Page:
The measured 1.4μsec settling time to 0.01% far exceeds the TINA model simulated result of 0.92μsec. The OPA192 step simulation produces a 10V/(20V/μsec) = 500nsec slewing region and then a 420nsec recovery to within 0.01% of final value. This result is not accurately simulating the long times physically required to recover to internal bias points after the loop opens on the slewing transition.

A simple fix for this difference in characterization (or application) is to limit the output step edge rate to be lower than the available slew rate. For instance, the THS4541 FDA (Reference 4), a device with a similar 500MHz closed loop bandwidth (at gain of 2), reports a 0.1% settling time for a 2V step of 8nsec versus the 50nsec measured on the ADA4899 plot of Figure 6. But the THS4541’s characterization has also slowed the input edge to a 2nsec transition, producing a 1000V/μsec output transition that stays below the device’s rated 1500V/usec slew rate. Since the device’s loop does not open in this test, the settling to a final value is much faster than the slew limited test shown in the ADA4899 datasheet (Figure 6).

Settling time characterization considerations

Accurate bench testing of high-speed device settling time brings a number of challenges. Those include –

  • Generating as nearly as perfect an input step as possible – minimal overshoot, fast settling, and no long-term thermal tail in the input stimulus.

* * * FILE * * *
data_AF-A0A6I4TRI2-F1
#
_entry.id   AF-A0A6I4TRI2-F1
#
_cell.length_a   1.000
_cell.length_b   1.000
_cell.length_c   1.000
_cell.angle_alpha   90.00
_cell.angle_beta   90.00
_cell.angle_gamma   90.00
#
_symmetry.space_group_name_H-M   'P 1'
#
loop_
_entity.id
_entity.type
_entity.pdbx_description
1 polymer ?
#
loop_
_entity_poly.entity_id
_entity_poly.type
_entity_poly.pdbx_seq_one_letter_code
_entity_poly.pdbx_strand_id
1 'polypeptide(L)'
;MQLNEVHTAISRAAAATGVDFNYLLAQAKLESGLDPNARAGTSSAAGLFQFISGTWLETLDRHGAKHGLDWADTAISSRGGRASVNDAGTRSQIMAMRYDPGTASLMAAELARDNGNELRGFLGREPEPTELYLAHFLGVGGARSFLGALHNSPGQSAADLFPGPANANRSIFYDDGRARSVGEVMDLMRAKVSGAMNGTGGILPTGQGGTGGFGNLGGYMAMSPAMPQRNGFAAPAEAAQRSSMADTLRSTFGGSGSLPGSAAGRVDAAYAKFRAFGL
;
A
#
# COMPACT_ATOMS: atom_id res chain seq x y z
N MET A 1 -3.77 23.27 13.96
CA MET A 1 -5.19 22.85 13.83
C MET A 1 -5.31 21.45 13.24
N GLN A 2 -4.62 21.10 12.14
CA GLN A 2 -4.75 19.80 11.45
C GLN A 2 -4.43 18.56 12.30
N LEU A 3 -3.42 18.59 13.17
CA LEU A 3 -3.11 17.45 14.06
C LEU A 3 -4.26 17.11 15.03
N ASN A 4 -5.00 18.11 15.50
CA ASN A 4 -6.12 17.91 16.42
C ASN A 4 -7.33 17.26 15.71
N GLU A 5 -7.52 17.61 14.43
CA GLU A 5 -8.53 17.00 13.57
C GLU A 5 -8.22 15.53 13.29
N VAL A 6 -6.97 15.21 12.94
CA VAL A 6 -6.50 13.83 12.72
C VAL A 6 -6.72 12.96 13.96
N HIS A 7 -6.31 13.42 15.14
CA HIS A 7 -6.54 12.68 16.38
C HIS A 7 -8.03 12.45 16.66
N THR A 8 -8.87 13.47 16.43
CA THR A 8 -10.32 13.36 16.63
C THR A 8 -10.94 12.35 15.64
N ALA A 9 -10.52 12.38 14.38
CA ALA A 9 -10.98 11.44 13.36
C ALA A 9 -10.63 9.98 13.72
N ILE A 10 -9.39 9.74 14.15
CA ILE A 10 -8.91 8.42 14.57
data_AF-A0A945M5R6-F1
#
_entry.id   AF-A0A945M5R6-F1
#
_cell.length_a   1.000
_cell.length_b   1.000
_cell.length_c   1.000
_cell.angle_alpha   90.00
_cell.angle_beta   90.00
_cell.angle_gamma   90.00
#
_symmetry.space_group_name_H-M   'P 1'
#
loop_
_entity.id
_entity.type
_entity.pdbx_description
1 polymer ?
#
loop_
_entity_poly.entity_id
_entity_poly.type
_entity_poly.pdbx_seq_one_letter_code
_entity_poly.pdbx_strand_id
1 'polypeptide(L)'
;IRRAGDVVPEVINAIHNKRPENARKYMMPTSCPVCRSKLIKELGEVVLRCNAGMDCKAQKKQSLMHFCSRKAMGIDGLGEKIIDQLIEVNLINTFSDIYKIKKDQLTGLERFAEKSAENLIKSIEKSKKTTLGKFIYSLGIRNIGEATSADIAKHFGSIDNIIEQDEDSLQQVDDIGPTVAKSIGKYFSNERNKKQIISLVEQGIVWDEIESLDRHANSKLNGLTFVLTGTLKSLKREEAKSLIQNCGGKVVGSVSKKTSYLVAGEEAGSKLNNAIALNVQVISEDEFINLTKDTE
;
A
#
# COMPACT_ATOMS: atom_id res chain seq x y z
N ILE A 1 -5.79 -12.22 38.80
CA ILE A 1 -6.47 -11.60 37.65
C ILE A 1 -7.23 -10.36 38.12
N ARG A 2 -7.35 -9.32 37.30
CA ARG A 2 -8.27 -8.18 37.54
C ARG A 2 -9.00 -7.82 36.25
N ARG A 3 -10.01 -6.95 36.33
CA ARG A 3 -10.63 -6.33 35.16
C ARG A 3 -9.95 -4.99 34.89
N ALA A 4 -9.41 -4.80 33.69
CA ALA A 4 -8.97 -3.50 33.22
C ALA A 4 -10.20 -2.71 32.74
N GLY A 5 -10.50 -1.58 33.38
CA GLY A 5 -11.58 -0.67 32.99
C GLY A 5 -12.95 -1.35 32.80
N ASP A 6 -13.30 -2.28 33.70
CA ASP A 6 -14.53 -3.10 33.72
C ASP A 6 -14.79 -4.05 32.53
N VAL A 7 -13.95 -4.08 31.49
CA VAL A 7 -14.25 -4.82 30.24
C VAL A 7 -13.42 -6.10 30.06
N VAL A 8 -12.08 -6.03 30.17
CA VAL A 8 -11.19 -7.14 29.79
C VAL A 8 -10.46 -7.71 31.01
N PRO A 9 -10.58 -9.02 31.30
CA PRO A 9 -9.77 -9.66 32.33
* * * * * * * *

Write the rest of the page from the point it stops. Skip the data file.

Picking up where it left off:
• Ensuring there is nothing in the measurement path that might induce its own measured voltage perturbations – again this both a close in (in time) and long-term thermal issue.
  • Creating a well-designed DUT board that provides minimal ground current induced perturbations.

The starting point for producing the best settling time measurements is a “Flat Bottom Pulse Generator.” Early work in this area (Reference 5) identified a diode-based return-to-ground stimulus that offers a nearly perfect input test signal. In this methodology, one part of the time waveform establishes an input off of ground to produce a starting output signal for the device under test (DUT). Then, a very fast transition to a diode isolated ground input will produce a nearly perfect stimulus with no thermal tails.